As the government steps up its road safety initiatives insurers are requiring fleet and motor trade operators to manage their risks better. Roger Ball explains

At work road risk management has never received a greater focus since the patenting of the first motor car in 1879. It is currently estimated that as much as a third of all road traffic accidents relate to motorists travelling on business.

The government is firmly committed to reducing the numbers of deaths and injuries from road traffic accidents. Employers have legal, financial and moral obligations to manage this risk effectively.

Simply complying with road traffic law requirements, such as ensuring that company vehicles hold a valid MOT certificate and that drivers possess a valid licence, does not represent sufficient action to ensure the safety of employees and others while they are on the road. Existing health and safety law applies to both on road and off road work activities and requires risk to be effectively managed.

Under the Health and Safety at Work Act 1974 and the Management of Health and Safety Regulations 1999, employers, regardless of their size, have a duty of care for the safety of employees at work.

If someone is driving on behalf of a business, they are as much at work as if they were in a factory or office.

In addition to companies' liabilities under the Health and Safety at Work Act, companies can also be held liable under traffic law. A company, or managers in that company, can be charged with 'aiding and abetting' a driver to commit an offence such as 'causing death by dangerous driving'. By putting in place effective management procedures to ensure vehicles are used appropriately, driven safely and are mechanically fit, the risk associated with vehicle use will be effectively minimised.

Guidelines issued by the Health and Safety Executive (HSE) in September 2003 in Driving at work - managing work related road safety have clarified the obligations relating to a number of issues which employers and fleet operators have to address.

These guidelines focus on three critical areas for attention - the vehicle, the driver and the journey.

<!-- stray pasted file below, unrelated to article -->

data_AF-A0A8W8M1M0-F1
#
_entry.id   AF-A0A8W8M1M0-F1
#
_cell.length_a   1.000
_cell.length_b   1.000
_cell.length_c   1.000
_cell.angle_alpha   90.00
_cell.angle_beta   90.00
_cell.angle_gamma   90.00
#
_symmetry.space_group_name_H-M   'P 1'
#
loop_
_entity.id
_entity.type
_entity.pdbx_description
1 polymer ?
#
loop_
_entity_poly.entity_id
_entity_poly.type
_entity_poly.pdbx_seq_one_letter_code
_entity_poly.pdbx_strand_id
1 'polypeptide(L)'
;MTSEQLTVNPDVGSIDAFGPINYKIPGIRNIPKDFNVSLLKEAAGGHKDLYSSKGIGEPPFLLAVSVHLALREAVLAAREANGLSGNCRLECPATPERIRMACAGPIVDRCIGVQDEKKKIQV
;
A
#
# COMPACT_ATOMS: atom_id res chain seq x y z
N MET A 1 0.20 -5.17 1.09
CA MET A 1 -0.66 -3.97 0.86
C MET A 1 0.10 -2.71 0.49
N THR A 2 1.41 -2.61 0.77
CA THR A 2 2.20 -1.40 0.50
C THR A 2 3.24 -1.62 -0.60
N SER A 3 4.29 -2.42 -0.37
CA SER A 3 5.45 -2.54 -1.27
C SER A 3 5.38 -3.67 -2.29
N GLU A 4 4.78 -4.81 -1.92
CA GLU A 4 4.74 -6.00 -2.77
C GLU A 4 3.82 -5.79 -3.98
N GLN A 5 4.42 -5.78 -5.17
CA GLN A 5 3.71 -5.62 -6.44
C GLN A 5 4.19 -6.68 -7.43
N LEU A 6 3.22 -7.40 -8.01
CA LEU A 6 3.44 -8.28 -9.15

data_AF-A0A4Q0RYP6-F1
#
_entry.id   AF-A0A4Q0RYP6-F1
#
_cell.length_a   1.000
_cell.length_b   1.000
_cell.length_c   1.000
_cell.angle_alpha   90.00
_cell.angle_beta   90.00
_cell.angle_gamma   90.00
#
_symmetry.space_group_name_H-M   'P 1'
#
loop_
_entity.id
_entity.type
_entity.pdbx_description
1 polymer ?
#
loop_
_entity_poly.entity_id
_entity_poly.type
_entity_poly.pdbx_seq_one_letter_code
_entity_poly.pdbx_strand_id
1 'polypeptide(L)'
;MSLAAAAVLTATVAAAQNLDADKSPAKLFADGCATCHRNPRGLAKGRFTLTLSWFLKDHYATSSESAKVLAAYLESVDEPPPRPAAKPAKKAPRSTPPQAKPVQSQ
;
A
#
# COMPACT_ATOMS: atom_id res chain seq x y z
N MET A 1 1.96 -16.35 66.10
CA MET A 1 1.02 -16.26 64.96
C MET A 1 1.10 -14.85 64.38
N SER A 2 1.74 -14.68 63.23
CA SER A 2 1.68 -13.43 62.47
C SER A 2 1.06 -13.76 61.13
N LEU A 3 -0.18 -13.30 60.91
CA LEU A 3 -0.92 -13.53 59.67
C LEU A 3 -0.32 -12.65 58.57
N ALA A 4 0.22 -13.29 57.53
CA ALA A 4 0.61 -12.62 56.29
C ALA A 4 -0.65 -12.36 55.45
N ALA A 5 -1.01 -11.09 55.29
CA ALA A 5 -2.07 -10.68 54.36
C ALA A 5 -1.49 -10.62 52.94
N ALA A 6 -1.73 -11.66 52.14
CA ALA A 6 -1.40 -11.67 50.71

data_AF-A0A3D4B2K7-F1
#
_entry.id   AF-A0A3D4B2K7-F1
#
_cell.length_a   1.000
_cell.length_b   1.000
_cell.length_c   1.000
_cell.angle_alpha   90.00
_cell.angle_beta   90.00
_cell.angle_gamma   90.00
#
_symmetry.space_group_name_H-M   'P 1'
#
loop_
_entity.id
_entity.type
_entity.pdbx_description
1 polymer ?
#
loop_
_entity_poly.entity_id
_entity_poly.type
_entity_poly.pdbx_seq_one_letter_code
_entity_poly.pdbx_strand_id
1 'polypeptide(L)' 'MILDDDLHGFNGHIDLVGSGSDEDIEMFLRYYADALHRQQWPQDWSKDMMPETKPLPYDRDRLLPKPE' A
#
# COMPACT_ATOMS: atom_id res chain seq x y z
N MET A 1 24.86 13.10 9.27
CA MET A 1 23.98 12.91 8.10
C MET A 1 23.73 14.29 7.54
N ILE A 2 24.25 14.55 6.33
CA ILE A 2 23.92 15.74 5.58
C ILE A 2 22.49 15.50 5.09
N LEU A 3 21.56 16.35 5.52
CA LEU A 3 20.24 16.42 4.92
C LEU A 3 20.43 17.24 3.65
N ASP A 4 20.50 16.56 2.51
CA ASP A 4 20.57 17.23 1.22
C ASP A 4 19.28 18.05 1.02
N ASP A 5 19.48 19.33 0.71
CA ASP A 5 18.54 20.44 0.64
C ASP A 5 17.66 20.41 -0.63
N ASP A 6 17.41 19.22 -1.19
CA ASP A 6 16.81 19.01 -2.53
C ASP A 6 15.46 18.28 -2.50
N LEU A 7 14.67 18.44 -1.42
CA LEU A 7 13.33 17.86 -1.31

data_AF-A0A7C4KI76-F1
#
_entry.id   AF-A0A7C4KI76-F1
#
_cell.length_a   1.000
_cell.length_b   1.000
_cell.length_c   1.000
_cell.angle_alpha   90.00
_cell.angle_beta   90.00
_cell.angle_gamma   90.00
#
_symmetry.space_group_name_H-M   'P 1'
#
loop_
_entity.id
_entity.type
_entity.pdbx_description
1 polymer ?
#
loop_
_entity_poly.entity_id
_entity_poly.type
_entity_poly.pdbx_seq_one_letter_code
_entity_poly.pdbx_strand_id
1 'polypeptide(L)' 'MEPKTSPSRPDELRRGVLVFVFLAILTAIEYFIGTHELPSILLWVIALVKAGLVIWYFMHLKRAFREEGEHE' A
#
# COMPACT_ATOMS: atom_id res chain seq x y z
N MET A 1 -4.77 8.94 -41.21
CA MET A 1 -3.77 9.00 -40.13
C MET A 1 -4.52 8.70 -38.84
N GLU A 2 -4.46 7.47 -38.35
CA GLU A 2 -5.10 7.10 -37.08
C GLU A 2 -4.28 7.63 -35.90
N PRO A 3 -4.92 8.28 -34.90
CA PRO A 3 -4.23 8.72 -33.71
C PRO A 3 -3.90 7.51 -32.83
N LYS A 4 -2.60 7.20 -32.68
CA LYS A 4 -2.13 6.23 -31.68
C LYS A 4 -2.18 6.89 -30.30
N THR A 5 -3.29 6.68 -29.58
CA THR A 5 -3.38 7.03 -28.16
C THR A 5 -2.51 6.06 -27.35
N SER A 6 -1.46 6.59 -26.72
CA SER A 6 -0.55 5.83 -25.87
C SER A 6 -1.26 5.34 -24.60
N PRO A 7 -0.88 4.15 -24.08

Research has established that the total cost of an accident to an organisation is far more than the financial value of the insurance claim itself. Purely financial considerations take no account of the human costs of accidents on victims and their relatives. In addition, many financial costs incurred are uninsured.

By committing resources to the management of the fleet and reducing accidents, an organisation can achieve tangible business benefits which far outweigh the cost of the actions being undertaken.

A good road safety record can only be achieved by establishing a management system that can be integrated into the existing health and safety procedures within the business. The key areas of this system are:

Policy statement: a clear written statement should be issued and made visible to all employees, confirming the general objectives and safety requirements of the business. This should be endorsed and supported by senior management.

Organisation and responsibility: the business should support the policy statement, with clearly defined responsibilities across all divisions and individual staff members. Co-operation across the business should be encouraged, with effective communication allowing each division to support the next in achieving compliance.

Planning: performance standards should be set and the results of a risk assessment should be compared to these ideals. Any resulting actions for improvement should be prioritised and implemented in a structured and timely manner.

Monitoring and measuring: systems must be in place to ensure the safety policy remains effective and appropriate, as well as ensuring that compliance with performance standards is achieved.

Risk management for commercial motor is one of a number of courses held at the Allianz Cornhill Underwriting Academy. Training material provides employees with a broad understanding of commercial motor risk management for both motor fleet and motor trade together with an explanation of some of the methods commonly used.

Roger Ball is head of commercial motor and motor trade at Allianz Cornhill